*I wrote a blog on another site a couple of years ago that I wish to share with you:
I came across a very interesting article by Ryan J. Voigt, M.A. – UW-Eau Claire Counseling Services. He has written a simple, easy-to-understand definition and self-help techniques guide on self-esteem issues as it relates to people with disabilities – Self-Esteem and People with Disabilities. The techniques are based on Cognitive Behavioral Therapy(CBT), a psychotherapeutic approach that aims to teach a person new skills on how to solve problems concerning emotions, behaviors and cognitions through goal-oriented, systematic procedure.
Self-esteem is not exclusive to people with disabilities – almost everyone has struggled with it at one time or another. However, not only can CBT help with self-esteem issues, its techniques can also be applied to pain management, anxiety issues, overall physical and mental health, and daily life situations.
I also found a helpful site where you can download self-help material, using CBT. These materials include: Five Step Thinking Diary, Relaxation Diary and Helpful Self Statements, to name a few. Some or all of these materials may be of benefit.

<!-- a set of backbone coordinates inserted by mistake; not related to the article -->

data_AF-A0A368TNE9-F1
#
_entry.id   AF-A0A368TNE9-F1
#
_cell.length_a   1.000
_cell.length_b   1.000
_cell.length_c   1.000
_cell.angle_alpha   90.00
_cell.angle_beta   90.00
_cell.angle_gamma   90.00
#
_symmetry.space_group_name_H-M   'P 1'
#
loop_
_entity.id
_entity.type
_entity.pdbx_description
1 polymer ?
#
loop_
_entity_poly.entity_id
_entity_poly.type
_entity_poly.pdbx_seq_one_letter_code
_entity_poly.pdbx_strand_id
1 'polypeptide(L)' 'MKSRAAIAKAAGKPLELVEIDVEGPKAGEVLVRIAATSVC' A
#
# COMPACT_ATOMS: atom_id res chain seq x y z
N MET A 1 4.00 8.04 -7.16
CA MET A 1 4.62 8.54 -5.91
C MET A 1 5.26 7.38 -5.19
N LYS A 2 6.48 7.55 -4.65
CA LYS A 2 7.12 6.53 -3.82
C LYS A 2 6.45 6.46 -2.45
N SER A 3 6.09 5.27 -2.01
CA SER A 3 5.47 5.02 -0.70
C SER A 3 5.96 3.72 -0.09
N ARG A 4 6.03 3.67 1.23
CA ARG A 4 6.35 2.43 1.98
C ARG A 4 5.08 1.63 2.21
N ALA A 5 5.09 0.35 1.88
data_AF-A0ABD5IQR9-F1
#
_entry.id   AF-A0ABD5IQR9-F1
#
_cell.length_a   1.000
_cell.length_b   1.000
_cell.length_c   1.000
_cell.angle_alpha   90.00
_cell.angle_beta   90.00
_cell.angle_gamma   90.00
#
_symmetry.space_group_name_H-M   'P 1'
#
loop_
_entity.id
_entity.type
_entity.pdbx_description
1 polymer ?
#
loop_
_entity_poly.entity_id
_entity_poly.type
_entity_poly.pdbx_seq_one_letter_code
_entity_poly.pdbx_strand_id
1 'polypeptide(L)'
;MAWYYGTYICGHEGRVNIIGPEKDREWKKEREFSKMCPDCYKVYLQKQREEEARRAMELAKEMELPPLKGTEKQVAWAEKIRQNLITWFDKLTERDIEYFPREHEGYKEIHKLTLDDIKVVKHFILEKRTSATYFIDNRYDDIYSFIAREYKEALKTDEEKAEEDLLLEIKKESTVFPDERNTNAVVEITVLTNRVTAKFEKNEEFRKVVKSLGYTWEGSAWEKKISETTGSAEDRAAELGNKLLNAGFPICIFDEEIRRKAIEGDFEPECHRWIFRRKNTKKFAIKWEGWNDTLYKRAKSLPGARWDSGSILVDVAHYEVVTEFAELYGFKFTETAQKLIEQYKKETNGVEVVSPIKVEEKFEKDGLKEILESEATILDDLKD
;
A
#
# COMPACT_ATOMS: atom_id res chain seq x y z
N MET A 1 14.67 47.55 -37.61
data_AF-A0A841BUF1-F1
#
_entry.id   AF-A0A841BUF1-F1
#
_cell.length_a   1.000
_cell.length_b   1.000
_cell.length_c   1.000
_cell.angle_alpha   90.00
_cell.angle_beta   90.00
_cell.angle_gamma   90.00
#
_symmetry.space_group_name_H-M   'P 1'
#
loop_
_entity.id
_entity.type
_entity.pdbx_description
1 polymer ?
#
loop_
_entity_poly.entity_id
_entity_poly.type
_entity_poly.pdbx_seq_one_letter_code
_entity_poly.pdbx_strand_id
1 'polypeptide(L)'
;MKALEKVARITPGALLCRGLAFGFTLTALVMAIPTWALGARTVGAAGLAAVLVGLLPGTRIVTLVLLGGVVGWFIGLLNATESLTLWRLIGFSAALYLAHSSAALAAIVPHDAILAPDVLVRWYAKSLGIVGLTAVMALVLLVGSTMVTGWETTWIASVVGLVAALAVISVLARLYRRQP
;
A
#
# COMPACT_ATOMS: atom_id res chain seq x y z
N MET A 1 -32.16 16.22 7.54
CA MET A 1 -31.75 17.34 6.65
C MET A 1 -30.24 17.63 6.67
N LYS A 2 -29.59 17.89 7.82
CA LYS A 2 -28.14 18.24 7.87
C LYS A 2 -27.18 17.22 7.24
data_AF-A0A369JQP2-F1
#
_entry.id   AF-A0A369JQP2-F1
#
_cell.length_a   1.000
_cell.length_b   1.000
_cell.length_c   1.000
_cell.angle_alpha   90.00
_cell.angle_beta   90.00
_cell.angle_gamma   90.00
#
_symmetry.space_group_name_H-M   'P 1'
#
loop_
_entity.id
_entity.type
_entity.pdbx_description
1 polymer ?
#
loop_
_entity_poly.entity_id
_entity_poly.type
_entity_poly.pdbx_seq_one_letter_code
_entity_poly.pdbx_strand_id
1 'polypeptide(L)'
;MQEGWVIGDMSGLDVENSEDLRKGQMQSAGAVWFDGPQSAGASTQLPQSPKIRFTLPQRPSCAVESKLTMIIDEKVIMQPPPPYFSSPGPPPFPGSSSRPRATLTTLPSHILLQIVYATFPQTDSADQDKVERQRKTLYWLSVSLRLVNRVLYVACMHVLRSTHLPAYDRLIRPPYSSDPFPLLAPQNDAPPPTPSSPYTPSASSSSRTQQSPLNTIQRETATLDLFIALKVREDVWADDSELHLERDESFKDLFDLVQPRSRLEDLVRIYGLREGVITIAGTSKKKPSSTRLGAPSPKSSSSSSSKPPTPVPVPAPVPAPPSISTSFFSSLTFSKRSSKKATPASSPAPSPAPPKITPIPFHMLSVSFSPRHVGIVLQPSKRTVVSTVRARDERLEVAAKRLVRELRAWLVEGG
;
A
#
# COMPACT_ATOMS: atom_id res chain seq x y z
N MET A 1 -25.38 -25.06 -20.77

There are certainly many more approaches available to those who are seeking information and assistance on these subjects.
I chose to write about CBT as I have personally used and continue to use these learned skills. After my leg was amputated in 2005, I participated in a year-long study with the University of Washington on the application of CBT and its effectiveness on managing phantom pain. I was also given the opportunity to learn more about CBT through psychotherapy, because of depression and anxiety issues.
In both instances, with consistent use, I have found CBT to be an extremely useful form of self-help.
The key is, if you are living with any of these issues, you need to be willing and committed toward the goal of bettering yourself, whether through the use of CBT or other avenues. It does pay off in the long run.